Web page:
# Steps for correcting chromatic aberrations in lens design

In many applications of lens design, avoiding chromatic aberrations is a key performance requirement. In this video, we review some of the causes of chromatic aberrations and methods to correct them.

•All optical media have dispersion, meaning the index of refraction depends on the spectrum wavelength

•The plots are not linear – they are often steeper in the blue region and smoother in the red

•Approximation formulas for dispersion of glass include: Schott, Conrady, Herzberger, and Sellmeier.

A single optical element has different chromatic focus position for different wavelengths

Focusing error is Δs^′=-〖f^′〗_d/V_d

Where V_d=(n_d-1)/(n_F-n_C ) is Abbe number
n_d – index of refraction of the d-line of spectrum
n_F – index of refraction of the F-line of spectrum
n_C – index of refraction of the C-line of spectrum

Lenses with bigger Abbe number have smaller achromatic focus error

Chromatic difference depends only on the optical power and Abbe number but not on radii or shape of lens

To correct chromatic aberrations, glasses with different V are needed. Usually it is “Crown glass” with higher V and “Flint glass” with lower V

To build an achromatic doublet where 2 wavelengths foci coincide, the next condition should be satisfied

Δs^′=-〖f^′〗_1/V_1 -〖f^′〗_2/V_2 =0

〖f′〗_1⁄〖f′〗_2 =-V_1⁄V_2

Therefore:

– Since V is positive for all optical glasses, lenses have to be positive and negative.

– If a doublet needs to have a positive, then the optical power of the positive element has to be bigger than that of the whole doublet

– To decrease the optical power of the positive element, Abbe number should be as big as possible

– An achromatic doublet can eliminate the difference of a couple of selected wavelengths but there is focus difference for other wavelengths. This difference is called “secondary spectrum”

– The more difference in the Abbe number of crown glass and flint glass, the more the secondary spectrum

Secondary spectrum is

〖∆S′〗_(F-d)=f′(P_1-P_2)/(V_1-V_2 )

Where P=(n_F-n_d)/(n_F-n_C )

Apochromatic correction means that the lens provides correction of chromatic aberrations for 3 selected wavelengths for the elimination of secondary spectrum.

Usually 3 lenses with 2-3 different glasses are used to achieve this.

The condition is P_1=P_2

For satisfying this condition, unusual glasses with particular relations of V and P are required. Those are glasses with special dispersion behavior.

There are Crown glasses with long dispersion in the blue region and Flint glass with short dispersion in that region.

Schott in Germany invented such glasses.

They are named “Kurtz Flint Sonder” – KzFS type and “Lang Schwer Kron” – LgSK type glasses

The aim should be as small as possible a “Tertiary spectrum”.

Super Apochromatic correction means that the lens provides correction of chromatic aberrations for 4 selected wavelengths.

Usually 3-4 lens elements with 3 different glasses are used to achieve this.

Besides Long Crown glass and Short Flint glass, additional glass is used to get better design result, for example Dense Flint – SF type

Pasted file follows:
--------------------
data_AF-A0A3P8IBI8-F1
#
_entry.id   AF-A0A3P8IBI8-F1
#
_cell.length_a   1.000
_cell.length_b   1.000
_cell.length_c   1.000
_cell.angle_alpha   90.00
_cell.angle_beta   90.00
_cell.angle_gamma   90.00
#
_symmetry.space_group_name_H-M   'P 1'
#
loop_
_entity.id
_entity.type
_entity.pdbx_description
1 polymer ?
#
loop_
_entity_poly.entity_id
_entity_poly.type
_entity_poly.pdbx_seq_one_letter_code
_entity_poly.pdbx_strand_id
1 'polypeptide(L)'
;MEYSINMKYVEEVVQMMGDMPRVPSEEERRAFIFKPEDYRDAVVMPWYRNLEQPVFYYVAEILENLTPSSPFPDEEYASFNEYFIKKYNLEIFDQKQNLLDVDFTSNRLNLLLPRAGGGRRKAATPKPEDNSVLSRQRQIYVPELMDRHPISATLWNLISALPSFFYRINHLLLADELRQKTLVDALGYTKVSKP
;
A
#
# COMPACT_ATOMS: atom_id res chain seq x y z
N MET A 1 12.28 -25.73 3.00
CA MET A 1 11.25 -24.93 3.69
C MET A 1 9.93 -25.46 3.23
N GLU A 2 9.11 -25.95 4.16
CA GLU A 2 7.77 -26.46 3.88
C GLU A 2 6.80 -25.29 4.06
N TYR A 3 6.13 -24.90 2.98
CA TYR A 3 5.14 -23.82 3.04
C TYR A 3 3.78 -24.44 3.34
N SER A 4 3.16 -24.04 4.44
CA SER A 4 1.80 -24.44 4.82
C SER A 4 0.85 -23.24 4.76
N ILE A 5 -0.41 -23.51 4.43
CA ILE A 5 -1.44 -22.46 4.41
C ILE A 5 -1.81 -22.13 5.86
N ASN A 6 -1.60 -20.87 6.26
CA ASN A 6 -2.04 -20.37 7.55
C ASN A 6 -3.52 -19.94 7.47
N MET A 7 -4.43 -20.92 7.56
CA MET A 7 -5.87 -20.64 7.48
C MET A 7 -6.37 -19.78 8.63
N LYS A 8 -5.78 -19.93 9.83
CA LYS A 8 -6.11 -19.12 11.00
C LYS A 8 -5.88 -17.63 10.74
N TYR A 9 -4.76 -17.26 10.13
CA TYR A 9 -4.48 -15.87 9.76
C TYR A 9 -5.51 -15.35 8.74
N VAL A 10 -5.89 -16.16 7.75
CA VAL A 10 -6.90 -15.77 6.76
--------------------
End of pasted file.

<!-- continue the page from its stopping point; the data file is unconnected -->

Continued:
The Chromatic difference of spherical aberrations or spherochromatism can appear in achromatic corrected lens with large aperture.

As for a glass achromatic doublet with 2 wavelengths focus shift correction, these conditions should be satisfied

Δs^′=-〖f^′〗_1d/V_1d -〖f^′〗_2d/V_2d =0

〖f′〗_1⁄〖f′〗_2 =-V_1⁄V_2

Abbe number for diffraction element is described as

V_d=λ_d/(λ_f-λ_c )=-3.452

Thus:

1) A diffractive optical element has bigger dispersion than optical glass.

2) The Abbe number of the diffractive element is negative. The hybrid achromatic lens with positive optical power should be composed of a positive refractive element and a positive diffraction one. The “crown element” of a hybrid achromatic doublet will have smaller optical power to the whole achromatic lens.

The essential dispersion of the diffractive element “secondary spectrum” is bigger than the full refractive achromatic doublet. Also secondary spectrum of Hybrid achromatic doublet is negative

Usually spherical aberration is corrected for one wavelength of spectral waveband, for example for green in the visual band.

Some residual spherical aberration can be seen for other wavelengths inside of the working band despite color correction.

Spherochromatism should be corrected additionally using additional lens parameters. There can be residual color difference for other aberrations: coma, field curvature and distortion

7-element design with 4 types of glass. Wide band 5 color superachromat with correction of spherochromatism

4 glass design was used for achieving 5 color correction superachromat in 0.4 to 0.9 microns waveband.

Spherochromatism is corrected using additional parameters provided by 7 elements design

Lateral color is chromatic aberration of principal rays.

Lateral color is difference of intersection of principal rays for blue and red light.

Lateral color if not corrected appears in the field of view. If can be seen in a simple eyepiece when you look through the FOV from the center to the edge of field

### Summary

It is not possible to reach ideal color correction because of very different dispersion behavior of real existing glasses. Only correction for several wavelengths within a wavelength region is possible.

The task is difficult for a system with high aperture because the correction of spherochromatism is going to be more difficult.

Lateral color is more difficult to eliminate and requires additional optical system parameters to correct.

The residual spectrum can be decreased below the diffraction limit as a result of diffraction in a given optical system.

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